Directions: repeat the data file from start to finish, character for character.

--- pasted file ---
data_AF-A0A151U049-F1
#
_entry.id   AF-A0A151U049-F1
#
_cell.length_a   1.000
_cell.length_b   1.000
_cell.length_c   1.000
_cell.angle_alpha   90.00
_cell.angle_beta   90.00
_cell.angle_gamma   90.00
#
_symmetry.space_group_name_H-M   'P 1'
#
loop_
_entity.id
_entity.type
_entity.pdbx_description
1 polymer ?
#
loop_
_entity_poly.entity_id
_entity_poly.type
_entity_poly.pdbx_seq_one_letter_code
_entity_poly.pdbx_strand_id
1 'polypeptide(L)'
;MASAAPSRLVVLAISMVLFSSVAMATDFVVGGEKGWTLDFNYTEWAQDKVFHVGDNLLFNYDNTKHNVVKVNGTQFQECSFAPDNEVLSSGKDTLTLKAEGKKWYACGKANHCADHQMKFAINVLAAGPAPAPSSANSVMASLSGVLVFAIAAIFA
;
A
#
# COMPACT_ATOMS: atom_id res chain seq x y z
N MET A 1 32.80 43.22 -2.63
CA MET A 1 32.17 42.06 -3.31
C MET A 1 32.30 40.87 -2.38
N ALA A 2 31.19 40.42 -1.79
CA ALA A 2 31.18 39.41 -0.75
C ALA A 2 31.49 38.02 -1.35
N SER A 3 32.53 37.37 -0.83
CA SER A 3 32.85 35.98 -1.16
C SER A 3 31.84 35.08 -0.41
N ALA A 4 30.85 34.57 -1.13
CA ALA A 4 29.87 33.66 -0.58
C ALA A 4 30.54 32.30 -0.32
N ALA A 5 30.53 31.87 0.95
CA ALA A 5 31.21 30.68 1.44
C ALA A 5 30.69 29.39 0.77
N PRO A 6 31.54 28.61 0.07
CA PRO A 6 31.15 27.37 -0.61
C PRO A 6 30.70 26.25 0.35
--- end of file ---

data_AF-A0A151U049-F1
#
_entry.id   AF-A0A151U049-F1
#
_cell.length_a   1.000
_cell.length_b   1.000
_cell.length_c   1.000
_cell.angle_alpha   90.00
_cell.angle_beta   90.00
_cell.angle_gamma   90.00
#
_symmetry.space_group_name_H-M   'P 1'
#
loop_
_entity.id
_entity.type
_entity.pdbx_description
1 polymer ?
#
loop_
_entity_poly.entity_id
_entity_poly.type
_entity_poly.pdbx_seq_one_letter_code
_entity_poly.pdbx_strand_id
1 'polypeptide(L)'
;MASAAPSRLVVLAISMVLFSSVAMATDFVVGGEKGWTLDFNYTEWAQDKVFHVGDNLLFNYDNTKHNVVKVNGTQFQECSFAPDNEVLSSGKDTLTLKAEGKKWYACGKANHCADHQMKFAINVLAAGPAPAPSSANSVMASLSGVLVFAIAAIFA
;
A
#
# COMPACT_ATOMS: atom_id res chain seq x y z
N MET A 1 32.80 43.22 -2.63
CA MET A 1 32.17 42.06 -3.31
C MET A 1 32.30 40.87 -2.38
N ALA A 2 31.19 40.42 -1.79
CA ALA A 2 31.18 39.41 -0.75
C ALA A 2 31.49 38.02 -1.35
N SER A 3 32.53 37.37 -0.83
CA SER A 3 32.85 35.98 -1.16
C SER A 3 31.84 35.08 -0.41
N ALA A 4 30.85 34.57 -1.13
CA ALA A 4 29.87 33.66 -0.58
C ALA A 4 30.54 32.30 -0.32
N ALA A 5 30.53 31.87 0.95
CA ALA A 5 31.21 30.68 1.44
C ALA A 5 30.69 29.39 0.77
N PRO A 6 31.54 28.61 0.07
CA PRO A 6 31.15 27.37 -0.61
C PRO A 6 30.70 26.25 0.35